Join us

Modeling for Improved Organizational Staff Diversity

Modeling for Improved Organizational Staff Diversity

We cannot all succeed when (more than) half of us are held back.

This slightly modified quote is from Malala Yousafzai, the courageous young woman who stood up for her right to be educated. It summarizes the ethos of presentations at the International Systems Dynamics Conference held in Frankfurt and online in July 2022 which focused on improving diversity within organizations. Systems Dynamics modeling is being used in various ways to understand the mechanisms by which more than half of the world’s populations are being held back, and to support evidence-based solutions for change.

In the first plenary, Jeroen Struben presented a model to explain why women chess players drop out of competitions in their late twenties, never to return. The data from the Netherlands showed that the presence of peers and role models, and the culture of the broader community were major explanatory factors. There is also a project that will look at women chess players with and without children, which is already finding that family caring commitments have a large impact on women’s decisions.

Suzanne Manning (disclaimer: that’s me) also highlighted the impact of caring responsibilities on women, on career progression in a social science research team. In a qualitative model of mechanisms that were holding women back, factors such as family commitments and expertise in ‘softer’ science disciplines like sociology and indigenous knowledge (compared to expertise in more quantitative systems dynamics), were partially career-limiting.

The model of Inge Bleijenberg looked at mechanisms to explain why ‘ingroups’ of white, upper-class men hold a pay advantage over ‘outgroups’ (everyone else) in academia. Her model showed that while the human capital of both groups was quite similar, the ingroups made more and higher wage claims which were more likely to be accepted. This model shows how structural bias is built into our systems.

Several presentations addressed systemic bias, with models that were used as heuristic tools for organizations to make changes to increase staff diversity. A common theme was that organizations needed to be shown the things that were within their control and to realize that business-as-usual was not good enough to make a difference. Systems Dynamics models were key for getting organizations to make these mental shifts. Amin Dehdarian from EDGE had a process for gender targets set within a framework of representation, pay equity, policies and practices, and organizational culture. Systems Dynamics models were used to show how effective the strategies could be. A similar approach was taken by Hugo Herrera, who used microworld simulation models to help organizations develop a coherent suite of strategies for decreasing their gender pay gaps. Ivan Taylor, Takuma Ono, and Saraj Koul presented their case study of a model for increasing diversity in organizations applied to Twitter that have a vision of 25% of their US staff being from disadvantaged groups by 2025. Like the other models mentioned in this post, their data shows that improving fairness and diversity in recruitment and promotion are key aspects for improving diversity in the organization. They do acknowledge that their model does not currently account for the intersectional nature of disadvantage, which is future work for them.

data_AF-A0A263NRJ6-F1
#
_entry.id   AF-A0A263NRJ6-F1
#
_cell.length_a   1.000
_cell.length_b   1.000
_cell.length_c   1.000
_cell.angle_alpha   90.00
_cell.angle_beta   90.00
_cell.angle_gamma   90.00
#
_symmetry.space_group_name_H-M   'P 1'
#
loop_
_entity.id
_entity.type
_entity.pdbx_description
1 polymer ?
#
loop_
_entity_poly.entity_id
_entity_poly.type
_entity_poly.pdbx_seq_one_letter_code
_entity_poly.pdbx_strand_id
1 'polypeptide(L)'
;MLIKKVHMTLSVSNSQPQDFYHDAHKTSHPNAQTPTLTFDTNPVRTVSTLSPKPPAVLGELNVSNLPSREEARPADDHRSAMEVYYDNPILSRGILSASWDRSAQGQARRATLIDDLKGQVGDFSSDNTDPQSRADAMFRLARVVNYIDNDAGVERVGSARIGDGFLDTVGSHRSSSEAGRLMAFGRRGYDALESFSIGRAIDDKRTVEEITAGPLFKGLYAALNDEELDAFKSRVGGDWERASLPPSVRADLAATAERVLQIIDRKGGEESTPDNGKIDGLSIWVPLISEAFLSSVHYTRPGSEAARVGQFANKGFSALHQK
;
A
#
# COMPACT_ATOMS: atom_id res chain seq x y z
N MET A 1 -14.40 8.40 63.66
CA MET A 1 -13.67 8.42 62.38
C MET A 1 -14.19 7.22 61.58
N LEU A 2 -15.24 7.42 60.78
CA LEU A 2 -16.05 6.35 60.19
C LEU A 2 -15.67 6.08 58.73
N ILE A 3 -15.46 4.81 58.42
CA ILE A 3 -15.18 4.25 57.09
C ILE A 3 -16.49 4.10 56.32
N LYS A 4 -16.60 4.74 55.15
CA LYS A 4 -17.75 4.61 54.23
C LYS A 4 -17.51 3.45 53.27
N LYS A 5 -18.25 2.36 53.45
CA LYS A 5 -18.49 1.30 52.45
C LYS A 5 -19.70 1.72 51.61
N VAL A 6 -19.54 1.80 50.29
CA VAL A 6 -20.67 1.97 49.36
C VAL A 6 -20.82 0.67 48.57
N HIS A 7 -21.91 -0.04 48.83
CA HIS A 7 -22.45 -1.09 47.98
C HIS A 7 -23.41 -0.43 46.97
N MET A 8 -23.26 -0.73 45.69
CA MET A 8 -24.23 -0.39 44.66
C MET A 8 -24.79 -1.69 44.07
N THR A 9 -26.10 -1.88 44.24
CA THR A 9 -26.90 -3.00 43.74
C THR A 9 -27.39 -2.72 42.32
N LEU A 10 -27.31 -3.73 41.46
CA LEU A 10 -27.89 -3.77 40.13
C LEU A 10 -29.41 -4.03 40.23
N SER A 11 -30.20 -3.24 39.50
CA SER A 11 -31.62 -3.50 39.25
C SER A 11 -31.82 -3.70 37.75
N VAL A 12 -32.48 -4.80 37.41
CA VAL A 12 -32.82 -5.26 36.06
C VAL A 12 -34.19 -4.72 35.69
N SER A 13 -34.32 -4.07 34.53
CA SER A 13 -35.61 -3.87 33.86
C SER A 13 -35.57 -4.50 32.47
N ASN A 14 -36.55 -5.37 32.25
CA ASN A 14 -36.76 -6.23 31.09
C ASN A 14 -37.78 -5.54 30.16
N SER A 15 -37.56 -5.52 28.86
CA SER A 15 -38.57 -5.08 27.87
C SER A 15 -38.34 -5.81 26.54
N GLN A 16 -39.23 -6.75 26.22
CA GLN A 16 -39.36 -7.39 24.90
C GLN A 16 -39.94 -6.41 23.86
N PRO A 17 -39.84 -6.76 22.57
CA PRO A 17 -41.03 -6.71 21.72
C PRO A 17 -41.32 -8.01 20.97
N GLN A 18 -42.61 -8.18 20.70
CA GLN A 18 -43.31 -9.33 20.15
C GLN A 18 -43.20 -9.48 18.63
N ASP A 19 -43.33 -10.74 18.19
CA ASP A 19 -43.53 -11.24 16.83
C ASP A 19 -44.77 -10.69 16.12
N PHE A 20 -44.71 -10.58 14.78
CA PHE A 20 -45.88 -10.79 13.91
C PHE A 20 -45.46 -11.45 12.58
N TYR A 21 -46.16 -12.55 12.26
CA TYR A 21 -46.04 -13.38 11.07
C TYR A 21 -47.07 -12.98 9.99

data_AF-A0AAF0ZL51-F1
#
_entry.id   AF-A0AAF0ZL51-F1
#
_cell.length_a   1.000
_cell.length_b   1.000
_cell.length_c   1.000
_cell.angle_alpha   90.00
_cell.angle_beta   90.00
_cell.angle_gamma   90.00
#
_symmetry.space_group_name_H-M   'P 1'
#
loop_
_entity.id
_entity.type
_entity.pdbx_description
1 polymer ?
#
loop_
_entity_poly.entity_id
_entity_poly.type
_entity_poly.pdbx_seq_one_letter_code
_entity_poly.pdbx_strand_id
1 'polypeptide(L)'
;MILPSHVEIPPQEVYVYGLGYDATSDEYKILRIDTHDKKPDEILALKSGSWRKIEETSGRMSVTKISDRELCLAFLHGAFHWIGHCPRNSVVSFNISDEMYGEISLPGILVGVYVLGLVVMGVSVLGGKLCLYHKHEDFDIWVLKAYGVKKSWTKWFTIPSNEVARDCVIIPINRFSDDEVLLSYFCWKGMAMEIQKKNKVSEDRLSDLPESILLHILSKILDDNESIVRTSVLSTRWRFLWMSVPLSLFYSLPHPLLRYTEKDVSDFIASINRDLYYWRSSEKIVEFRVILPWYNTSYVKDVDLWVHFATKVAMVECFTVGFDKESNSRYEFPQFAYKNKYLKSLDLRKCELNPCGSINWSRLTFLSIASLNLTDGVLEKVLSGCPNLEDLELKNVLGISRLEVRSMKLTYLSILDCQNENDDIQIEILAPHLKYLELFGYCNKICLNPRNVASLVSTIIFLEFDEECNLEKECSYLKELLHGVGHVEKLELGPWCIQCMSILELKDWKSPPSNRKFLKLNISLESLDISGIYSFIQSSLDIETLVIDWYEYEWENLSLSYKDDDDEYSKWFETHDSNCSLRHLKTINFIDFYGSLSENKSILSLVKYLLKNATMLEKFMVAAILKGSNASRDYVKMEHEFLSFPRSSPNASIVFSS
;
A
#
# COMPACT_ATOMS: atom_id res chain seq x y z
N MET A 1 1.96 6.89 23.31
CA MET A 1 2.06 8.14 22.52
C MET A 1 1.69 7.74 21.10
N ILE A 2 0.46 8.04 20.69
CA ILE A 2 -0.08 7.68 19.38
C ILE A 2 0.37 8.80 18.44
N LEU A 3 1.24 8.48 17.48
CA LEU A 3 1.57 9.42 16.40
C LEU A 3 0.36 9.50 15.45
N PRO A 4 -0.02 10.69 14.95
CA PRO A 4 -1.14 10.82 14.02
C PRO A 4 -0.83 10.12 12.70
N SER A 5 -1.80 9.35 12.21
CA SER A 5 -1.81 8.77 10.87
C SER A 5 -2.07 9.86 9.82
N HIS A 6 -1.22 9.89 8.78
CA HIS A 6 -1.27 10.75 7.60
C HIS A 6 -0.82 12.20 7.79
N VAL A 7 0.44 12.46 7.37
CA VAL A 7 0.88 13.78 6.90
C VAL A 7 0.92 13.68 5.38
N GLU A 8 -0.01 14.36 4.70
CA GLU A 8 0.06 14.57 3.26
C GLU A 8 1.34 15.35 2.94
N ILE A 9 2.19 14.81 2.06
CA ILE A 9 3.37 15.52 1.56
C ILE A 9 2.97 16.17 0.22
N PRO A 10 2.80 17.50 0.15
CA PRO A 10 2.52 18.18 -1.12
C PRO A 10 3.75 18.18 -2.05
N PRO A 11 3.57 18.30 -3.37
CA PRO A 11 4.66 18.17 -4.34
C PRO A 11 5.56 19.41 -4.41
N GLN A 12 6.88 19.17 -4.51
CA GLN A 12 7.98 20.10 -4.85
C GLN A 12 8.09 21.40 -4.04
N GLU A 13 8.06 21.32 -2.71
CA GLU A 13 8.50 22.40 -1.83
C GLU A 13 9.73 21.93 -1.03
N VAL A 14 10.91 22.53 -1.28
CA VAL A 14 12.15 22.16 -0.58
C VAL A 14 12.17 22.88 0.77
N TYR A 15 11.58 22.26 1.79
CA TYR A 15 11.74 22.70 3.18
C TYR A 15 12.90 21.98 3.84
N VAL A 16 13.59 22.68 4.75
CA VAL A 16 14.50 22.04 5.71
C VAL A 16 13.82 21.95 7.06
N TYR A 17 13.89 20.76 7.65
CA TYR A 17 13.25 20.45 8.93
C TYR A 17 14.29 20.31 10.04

All of these models have been used to gain a greater understanding of why some people in our organizations are held back, not because of their skills, knowledge, and experience, but because of their demographic characteristics and the systemic bias that goes with it. Systems Dynamics has been used in these cases to explain, spark discussions, and generate solutions. With these tools to hand, perhaps we can all succeed in this world, rather than just a select few.

  • Gender segregation dynamics: Women participation and performance in competitive chess in the Netherlands. Presenter: Jeroen Struben.
  • Recognizing systemic gender bias: Career advancement case study in a science team. Presenter: Suzanne Manning.
  • Gender and ethnic pay inequality in academia: A formal systems dynamics mode. Poster: Inge Bleijenbergh.
  • System dynamics modeling to set effective gender targets. Poster: Amin Dehdarian.
  • Tipping the scales: Using microworlds to uncover systemic issues driving organizations’ gender pay gap. Presenter: Hugo Herrera.
  • A System Dynamics Model to assist leaders to increase diversity in their organizations applied to Twitter’s 25/25 vision. Presenters: Ivan Taylor, Takuma Ono, Saroj Koul

 

Recent Posts

How Food and System Dynamics Gave me A Career

How Food and System Dynamics Gave me A Career A discussion of two System Dynamics projects that had some real impact and then reflect on how this happened, and what needs to be in place for us system dynamicists to have an impact. Papers mentioned: Transforming Food...

Documenting the Modeling Process

Documenting the Modeling Process Building a simulation model requires lots of information to be gathered. This information comes in many formats such as flip charts, pictures, emails, and spreadsheets. How should this information be stored so that it is easily...

Upcoming Events

Recent Business cases

Twinings Uses System Dynamics Games to Enhance HR Capability

Twinings Uses System Dynamics Games to Enhance HR Capability “Realistic simulation is a powerful approach to building capability. The business simulation developed [by Dashboard Simulations and Lane4] gave [Twinings staff] an experience that called for them to develop...

RSC Uses System Dynamics to Increase HVACR Sales Against the Tide